The Fresh Loaf

News & Information for Amateur Bakers and Artisan Bread Enthusiasts


cynthia7214's picture


What is the best container to use to store my sourdough starter, glass or can I use plastic?

Salilah's picture

Mine live in smallish (1litre?) square plastic food tubs with plastic lids from Lakeland


Mini Oven's picture
Mini Oven

upper left corner... 

What you shouldn't use are jars with tight sealing screw top lids or too tight plastic seal containers, something that lets gas escape and keeps bugs out.  Wide open are easier to clean and it should hold about 5 times the amount of starter you put into it unless it is a low or no gluten flour starter that you are caging.   Many times a glass peanut butter jar with a plastic bag and just fitting rubber band work the easiest.  Gas building up inside the jar packs a good deal of pressure so loose fitting lids are ideal.  

Barbara Krauss's picture
Barbara Krauss

I keep my starters in wide-mouth Mason jars.  I bought some plastic lids for them, which I keep lightly screwed on, and I always make sure I have plenty of room for expansion.  As Mini said, at least 5 times the amount of the starter is a good rule of thumb.  I've never had a problem with too much pressure build up. I like the fact that the jars are wide enough for me to get my hand inside for cleaning, and the transparency of the glass lets me see the amount of bubble activity.  

Maverick's picture

Really there are only 3 criteria that are important (IMHO). 1. It needs to be large enough to handle the expansion. 2. The lid cannot be a really tight screw top. 3. It should be easy to get the starter out. If I had to add a 4th it would be that it should be easy to clean (think round not square, but rounded edges are okay too).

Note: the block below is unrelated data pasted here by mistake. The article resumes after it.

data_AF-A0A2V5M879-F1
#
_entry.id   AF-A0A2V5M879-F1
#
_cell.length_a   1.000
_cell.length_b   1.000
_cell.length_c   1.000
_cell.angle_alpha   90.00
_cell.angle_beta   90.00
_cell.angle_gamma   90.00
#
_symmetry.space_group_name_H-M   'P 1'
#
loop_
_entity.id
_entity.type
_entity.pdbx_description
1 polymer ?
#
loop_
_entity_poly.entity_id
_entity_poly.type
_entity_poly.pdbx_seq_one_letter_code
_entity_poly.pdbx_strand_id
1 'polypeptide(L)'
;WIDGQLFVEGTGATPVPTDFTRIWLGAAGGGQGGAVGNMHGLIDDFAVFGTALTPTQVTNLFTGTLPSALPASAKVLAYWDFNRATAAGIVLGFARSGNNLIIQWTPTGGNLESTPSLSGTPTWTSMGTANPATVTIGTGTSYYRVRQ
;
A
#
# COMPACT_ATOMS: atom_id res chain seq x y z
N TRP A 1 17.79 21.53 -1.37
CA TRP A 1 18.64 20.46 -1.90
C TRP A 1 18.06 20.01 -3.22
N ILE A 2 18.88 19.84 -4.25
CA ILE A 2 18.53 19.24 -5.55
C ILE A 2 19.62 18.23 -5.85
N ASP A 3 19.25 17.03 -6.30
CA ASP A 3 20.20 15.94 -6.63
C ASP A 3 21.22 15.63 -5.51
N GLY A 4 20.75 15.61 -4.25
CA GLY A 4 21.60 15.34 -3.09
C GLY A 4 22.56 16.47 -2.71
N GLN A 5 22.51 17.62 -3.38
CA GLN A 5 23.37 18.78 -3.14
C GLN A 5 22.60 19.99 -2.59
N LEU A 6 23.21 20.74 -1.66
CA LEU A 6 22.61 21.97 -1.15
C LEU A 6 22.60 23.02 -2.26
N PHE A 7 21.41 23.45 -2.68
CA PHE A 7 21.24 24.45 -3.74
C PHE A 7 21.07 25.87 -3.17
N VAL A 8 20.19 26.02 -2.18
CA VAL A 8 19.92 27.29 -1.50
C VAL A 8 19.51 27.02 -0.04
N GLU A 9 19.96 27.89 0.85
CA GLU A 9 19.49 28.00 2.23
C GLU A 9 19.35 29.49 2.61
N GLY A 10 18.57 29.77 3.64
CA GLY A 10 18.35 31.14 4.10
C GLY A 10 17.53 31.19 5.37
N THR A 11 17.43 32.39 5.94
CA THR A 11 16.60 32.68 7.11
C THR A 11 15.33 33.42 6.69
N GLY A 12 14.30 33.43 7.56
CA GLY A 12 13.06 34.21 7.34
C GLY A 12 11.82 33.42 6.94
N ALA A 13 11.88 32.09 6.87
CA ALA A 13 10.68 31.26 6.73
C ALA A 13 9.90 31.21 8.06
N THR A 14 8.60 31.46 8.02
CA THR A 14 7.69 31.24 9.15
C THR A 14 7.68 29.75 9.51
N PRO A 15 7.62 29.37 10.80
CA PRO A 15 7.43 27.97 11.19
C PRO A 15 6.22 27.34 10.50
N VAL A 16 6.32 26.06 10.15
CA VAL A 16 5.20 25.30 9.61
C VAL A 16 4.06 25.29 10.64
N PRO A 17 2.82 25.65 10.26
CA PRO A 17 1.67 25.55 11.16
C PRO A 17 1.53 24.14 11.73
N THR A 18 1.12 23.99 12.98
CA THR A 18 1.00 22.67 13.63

loydb's picture

From King Arthur ( They're perfect in size, and they all weigh the same, which is nice if I forget to weigh something before adding it to the container. I have anywhere from 4-6 in the fridge at any given time.

3 Olives's picture
3 Olives

I have 2 of these and need to buy 2 more. They are really nice if you have large hands.

Nickisafoodie's picture

I use a clear acrylic container with a hinged lid and rubber gasket.  While it seals reasonably tight due to gasket, is allows the gases to escape.  No micro holes to  hide bacteria given acrylic is dense.  similar containers made out of stainless steel

placebo's picture

I use one of these 0.2-liter canning jar without the gasket.

I only keep about 80 grams of starter though.

Maverick's picture

I like the air valve thing.

frankie g's picture
frankie g

I used to keep my starter in a mason jar - but it fell on the tile floor one day and that was that.  New starter.

I now use a translusent container with a lid, pictured below.


Maverick's picture

That looks like a nice container, but way to large for my daily starter. It might be nice for a build up in recipes that require more starter though.

Porkbutter's picture

I use the same containers that loydb above uses, and like them a lot. I picked up a set of three at Gordon Food Service for about $14. Other likely containers would be a plastic mayonnaise jar or the tubs that cottage cheese or yogurt comes in.

G-man's picture

Another vote for Cambro (the company that makes these specific containers). They make them smaller than those pictured above, too. I think the smallest one I have is about a quart.

I also have a couple small clear plastic squares that stack nicely, though they're not Cambro. They have rounded edges, and I tend to prefer them for starter storage personally. I wish I knew who made them.

LindyD's picture

One-quart Cambro is where my sourdough culture has lived for the past four years.  And I keep the lid on tight because I keep a small amount (around 70 grams) and there's no way the lid will be blown.   Actually, even with larger elaborations the Cambro lid stays on.  

The containers have a wide mouth and are easy to clean.

frankie g's picture
frankie g

Porkbutter (love the name by the way....)

We sell these on our site for $3.99

Frankie G